2. Trail Mix – Go nuts here! Mix dried fruits with seeds and nuts and banana chips, mix in broken pieces of dark chocolate. TIP: Tear up pieces of fruity malt loaf and mix them all together in a bag, this moulds into a tear’n’share brick of delicious nutrition.
  3. Sandwiches – The humble sandwich is underrated, be sure to pack in some protein, some fats, and some salad. Cheese, ham, and pickle anyone!?
  4. Olives – Olives are an amazing source of mono-unsaturated fats, they are salty and delicious and give your palate a break from too much sweetness (a common mistake in nutrition strategy).
  5. Water – Not quite a food, but essential in our nutrition planning, we need to consume enough fluids, mainly from water. Aim for 250ml per hour and add in an electrolyte for longer and hotter days.
A pair pictures: Cooking food outside on a camp stove; Holding a chocolate bar

When the day is done

Your body burns energy, depending on the intensity and effort of your hike, you may need more food to replenish, rebuild, and recover, so that you can get back out the next day, or at the very least, wake up a little less sore. After physical exertion, our body is primed to absorb nutrients, its ready for food.

5 top tips:

  1. Protein – Aim to consume 30-35g in protein with some carbohydrates within 1-2hrs of finishing. You can get this from a tin of tuna in a sandwich with two slices of wholemeal bread.
  2. Carbohydrates – 1g/kg bodyweight of carbohydrates post exercise will help you replenish energy stores. Combine with protein (like a sandwich) and you will help control your appetite.
  3. Hydration – Kickstart your recovery process by hydrating straight away, drink 2lt over 1-2hrs post exercise. On hot days, add an electrolyte tablet or a pinch if salt into your drink to avoid cramping and improve rehydration.
  4. Back to normal – Once you have eaten some protein, some carbohydrates and drank plenty, continue with your normal eating pattern, getting plenty of protein, whole and unprocessed foods, and plenty of vegetables.
  5. Avoid processed foods – We know that fast foods are not great for our health. You only have one body, and it has to last you for the rest of your life. Just because you CAN run a car on vegetable oil, doesn’t mean you SHOULD.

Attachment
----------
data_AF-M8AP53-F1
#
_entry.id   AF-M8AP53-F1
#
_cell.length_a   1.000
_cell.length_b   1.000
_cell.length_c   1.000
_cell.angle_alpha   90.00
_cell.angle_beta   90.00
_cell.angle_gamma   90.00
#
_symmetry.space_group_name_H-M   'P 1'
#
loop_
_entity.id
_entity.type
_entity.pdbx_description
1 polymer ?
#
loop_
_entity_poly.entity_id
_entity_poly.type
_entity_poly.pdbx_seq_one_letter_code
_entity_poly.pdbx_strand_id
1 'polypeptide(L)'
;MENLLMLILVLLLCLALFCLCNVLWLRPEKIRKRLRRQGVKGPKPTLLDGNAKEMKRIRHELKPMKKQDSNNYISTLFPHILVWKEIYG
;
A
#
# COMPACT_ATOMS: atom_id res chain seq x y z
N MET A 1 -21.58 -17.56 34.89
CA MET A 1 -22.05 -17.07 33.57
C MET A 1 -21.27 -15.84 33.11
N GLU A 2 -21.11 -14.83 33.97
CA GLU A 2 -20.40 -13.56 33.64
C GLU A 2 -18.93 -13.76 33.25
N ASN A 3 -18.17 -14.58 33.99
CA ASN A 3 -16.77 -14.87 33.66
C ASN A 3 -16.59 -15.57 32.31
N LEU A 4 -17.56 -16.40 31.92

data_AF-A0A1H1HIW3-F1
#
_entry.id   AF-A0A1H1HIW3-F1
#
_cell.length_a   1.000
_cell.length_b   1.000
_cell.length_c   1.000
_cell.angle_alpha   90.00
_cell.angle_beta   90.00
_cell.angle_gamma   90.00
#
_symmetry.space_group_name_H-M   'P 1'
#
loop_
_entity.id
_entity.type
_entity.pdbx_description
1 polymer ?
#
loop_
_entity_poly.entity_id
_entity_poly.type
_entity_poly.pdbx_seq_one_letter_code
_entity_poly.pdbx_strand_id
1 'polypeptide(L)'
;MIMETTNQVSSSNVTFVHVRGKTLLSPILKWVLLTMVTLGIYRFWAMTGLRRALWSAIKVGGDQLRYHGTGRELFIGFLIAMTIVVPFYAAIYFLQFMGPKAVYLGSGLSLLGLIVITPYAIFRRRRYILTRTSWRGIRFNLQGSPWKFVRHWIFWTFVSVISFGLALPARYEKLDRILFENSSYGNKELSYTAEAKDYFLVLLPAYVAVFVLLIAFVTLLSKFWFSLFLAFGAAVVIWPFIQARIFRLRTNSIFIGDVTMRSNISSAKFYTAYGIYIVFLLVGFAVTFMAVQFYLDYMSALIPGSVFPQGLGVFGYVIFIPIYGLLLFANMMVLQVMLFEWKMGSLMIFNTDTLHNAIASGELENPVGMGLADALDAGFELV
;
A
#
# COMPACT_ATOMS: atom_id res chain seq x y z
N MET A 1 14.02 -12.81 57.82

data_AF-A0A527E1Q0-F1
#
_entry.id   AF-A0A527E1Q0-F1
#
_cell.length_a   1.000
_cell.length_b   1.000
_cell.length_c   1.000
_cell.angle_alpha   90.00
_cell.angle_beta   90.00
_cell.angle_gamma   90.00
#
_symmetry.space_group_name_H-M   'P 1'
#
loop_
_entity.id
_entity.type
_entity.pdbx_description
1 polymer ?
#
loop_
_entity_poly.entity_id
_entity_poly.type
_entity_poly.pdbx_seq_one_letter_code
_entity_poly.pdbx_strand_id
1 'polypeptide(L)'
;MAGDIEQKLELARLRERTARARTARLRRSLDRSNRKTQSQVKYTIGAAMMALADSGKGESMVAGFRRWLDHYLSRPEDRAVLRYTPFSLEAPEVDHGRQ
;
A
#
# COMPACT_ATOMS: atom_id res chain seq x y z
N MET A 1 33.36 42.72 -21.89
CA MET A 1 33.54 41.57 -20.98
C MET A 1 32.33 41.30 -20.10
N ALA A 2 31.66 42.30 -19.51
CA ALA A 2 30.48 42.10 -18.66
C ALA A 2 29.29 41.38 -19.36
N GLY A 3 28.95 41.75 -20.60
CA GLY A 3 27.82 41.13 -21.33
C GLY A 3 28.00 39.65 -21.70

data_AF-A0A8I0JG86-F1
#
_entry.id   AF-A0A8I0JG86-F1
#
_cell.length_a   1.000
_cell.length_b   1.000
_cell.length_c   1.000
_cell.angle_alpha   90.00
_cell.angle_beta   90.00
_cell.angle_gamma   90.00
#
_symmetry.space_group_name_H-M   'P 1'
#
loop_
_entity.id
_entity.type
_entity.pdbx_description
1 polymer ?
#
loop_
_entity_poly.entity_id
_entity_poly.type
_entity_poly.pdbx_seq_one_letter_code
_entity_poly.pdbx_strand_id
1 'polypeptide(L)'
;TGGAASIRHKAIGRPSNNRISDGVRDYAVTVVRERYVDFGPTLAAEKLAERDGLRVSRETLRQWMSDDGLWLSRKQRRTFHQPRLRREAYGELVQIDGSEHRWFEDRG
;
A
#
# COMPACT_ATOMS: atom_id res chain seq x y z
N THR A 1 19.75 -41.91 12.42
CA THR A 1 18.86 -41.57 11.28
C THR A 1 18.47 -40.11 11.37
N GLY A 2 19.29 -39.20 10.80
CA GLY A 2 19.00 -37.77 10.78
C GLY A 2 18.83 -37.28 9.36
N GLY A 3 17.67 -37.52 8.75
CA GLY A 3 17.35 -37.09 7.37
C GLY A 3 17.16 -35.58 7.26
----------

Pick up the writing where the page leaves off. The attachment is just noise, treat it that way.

Tim drinking from a large bottle

Piecing it all together

How does all this fit together with hiking and a healthy lifestyle? We don’t need to buy supplements, take shakes, and eat bars that taste like flip flops, but how do we use food for fuel AND food for fun?

Here are my top tips to integrate these strategies with a healthy balanced diet:

  1. Set the foundation – Consume a plant centric diet with or without meat or fish with plenty of variety with wholegrains, unprocessed foods and 2-3 litres of water a day.
  2. Prepare – If you have a big day planned, or a multi-day course, eat slightly more in the 2-3 days leading up to the start to make sure you have adequate energy.
  3. Start with a full tank – Start your day by eating and hydrating. A mixture of carbohydrates, fats and protein will serve you well, but try to keep the fibre to a minimum.
  4. Feed the effort – If you are enjoying an easy day out, a small snack will likely suffice. If you are heading out on a mountain day with climbs and strenuous stretches, try to eat before and during the hard sections with foods you enjoy and you like to eat.
  5. Refill – When you are done for the day, eat some real food snacks to help you control hunger, refuel, and feel fantastic. The pub dinner is the hiker’s best friend, and there is nothing wrong here, but try not to overeat, its far better to eat a little less and truly enjoy the satisfaction.
Tim shaking some snacks into his hand from a jar

GetOutside Champion Ben Turner is an MNU certified evidence-based nutritionist, level 4 Personal Trainer and avid adventure enthusiast. The founder of 21st Century Body, Shropshire’s leading nutrition consultancy, Ben works with a range of clients from elite and amateur athletes to busy families trying to make healthier choices. Through a consistent to approach, analysing research and applying evidence to experience, Ben has developed a proactive centred on the healthy attitude to food, a habit-based approach and never demonising or overly restricting foods.

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By Ben Turner